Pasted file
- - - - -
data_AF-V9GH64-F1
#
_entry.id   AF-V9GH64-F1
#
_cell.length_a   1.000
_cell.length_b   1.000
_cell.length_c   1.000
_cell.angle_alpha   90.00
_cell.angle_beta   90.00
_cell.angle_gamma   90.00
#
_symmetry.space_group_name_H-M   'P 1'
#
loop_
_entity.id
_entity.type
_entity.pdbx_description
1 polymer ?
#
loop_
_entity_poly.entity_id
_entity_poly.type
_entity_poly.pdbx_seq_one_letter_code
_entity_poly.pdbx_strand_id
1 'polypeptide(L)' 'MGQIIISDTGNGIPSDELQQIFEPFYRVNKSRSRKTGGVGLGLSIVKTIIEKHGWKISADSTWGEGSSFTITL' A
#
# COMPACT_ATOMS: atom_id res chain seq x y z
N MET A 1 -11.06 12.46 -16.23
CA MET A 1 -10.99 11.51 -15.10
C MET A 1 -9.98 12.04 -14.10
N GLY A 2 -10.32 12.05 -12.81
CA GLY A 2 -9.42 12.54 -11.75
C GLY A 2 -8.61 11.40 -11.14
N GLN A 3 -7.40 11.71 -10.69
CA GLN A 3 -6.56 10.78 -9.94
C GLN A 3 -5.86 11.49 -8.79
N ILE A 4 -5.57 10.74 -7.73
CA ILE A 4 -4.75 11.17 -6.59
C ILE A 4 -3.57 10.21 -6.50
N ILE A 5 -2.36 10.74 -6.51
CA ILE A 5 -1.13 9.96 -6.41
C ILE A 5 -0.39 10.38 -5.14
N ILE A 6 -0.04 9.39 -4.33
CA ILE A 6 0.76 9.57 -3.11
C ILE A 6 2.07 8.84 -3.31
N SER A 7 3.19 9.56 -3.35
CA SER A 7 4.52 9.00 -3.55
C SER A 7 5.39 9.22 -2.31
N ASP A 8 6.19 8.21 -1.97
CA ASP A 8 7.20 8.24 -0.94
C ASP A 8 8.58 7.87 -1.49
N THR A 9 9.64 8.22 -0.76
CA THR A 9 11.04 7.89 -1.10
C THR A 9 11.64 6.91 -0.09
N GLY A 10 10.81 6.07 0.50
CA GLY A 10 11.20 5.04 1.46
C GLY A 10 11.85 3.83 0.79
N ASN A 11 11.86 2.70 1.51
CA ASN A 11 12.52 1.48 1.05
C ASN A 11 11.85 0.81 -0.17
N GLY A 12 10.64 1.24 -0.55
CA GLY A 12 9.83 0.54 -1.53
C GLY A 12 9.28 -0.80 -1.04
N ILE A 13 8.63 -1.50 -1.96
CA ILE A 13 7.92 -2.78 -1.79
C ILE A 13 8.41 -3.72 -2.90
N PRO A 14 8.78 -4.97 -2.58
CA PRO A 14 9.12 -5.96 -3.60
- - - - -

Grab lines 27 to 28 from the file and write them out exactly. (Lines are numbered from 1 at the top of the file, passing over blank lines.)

# COMPACT_ATOMS: atom_id res chain seq x y z
N MET A 1 -11.06 12.46 -16.23